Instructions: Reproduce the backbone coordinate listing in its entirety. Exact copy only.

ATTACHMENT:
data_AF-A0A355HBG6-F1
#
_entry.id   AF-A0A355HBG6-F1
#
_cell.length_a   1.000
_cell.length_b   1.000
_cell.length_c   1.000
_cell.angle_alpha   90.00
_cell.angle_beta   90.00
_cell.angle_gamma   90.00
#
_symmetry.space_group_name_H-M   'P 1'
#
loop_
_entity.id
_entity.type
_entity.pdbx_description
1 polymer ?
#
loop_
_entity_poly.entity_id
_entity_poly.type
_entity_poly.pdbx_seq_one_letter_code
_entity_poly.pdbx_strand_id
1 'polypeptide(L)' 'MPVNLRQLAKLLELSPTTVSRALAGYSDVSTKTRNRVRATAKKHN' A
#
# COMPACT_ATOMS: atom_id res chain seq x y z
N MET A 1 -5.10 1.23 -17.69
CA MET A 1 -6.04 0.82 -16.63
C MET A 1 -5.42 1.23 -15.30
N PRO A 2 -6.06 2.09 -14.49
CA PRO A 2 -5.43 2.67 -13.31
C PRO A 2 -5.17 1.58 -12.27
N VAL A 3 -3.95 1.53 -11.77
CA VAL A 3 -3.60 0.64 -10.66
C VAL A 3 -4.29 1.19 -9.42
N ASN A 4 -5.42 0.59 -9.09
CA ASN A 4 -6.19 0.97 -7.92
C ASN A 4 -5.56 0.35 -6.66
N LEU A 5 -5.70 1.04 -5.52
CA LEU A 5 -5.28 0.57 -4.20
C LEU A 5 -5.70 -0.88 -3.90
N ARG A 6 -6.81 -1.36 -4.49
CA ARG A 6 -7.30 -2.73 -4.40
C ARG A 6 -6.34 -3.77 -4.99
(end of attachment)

data_AF-A0A355HBG6-F1
#
_entry.id   AF-A0A355HBG6-F1
#
_cell.length_a   1.000
_cell.length_b   1.000
_cell.length_c   1.000
_cell.angle_alpha   90.00
_cell.angle_beta   90.00
_cell.angle_gamma   90.00
#
_symmetry.space_group_name_H-M   'P 1'
#
loop_
_entity.id
_entity.type
_entity.pdbx_description
1 polymer ?
#
loop_
_entity_poly.entity_id
_entity_poly.type
_entity_poly.pdbx_seq_one_letter_code
_entity_poly.pdbx_strand_id
1 'polypeptide(L)' 'MPVNLRQLAKLLELSPTTVSRALAGYSDVSTKTRNRVRATAKKHN' A
#
# COMPACT_ATOMS: atom_id res chain seq x y z
N MET A 1 -5.10 1.23 -17.69
CA MET A 1 -6.04 0.82 -16.63
C MET A 1 -5.42 1.23 -15.30
N PRO A 2 -6.06 2.09 -14.49
CA PRO A 2 -5.43 2.67 -13.31
C PRO A 2 -5.17 1.58 -12.27
N VAL A 3 -3.95 1.53 -11.77
CA VAL A 3 -3.60 0.64 -10.66
C VAL A 3 -4.29 1.19 -9.42
N ASN A 4 -5.42 0.59 -9.09
CA ASN A 4 -6.19 0.97 -7.92
C ASN A 4 -5.56 0.35 -6.66
N LEU A 5 -5.70 1.04 -5.52
CA LEU A 5 -5.28 0.57 -4.20
C LEU A 5 -5.70 -0.88 -3.90
N ARG A 6 -6.81 -1.36 -4.49
CA ARG A 6 -7.30 -2.73 -4.40
C ARG A 6 -6.34 -3.77 -4.99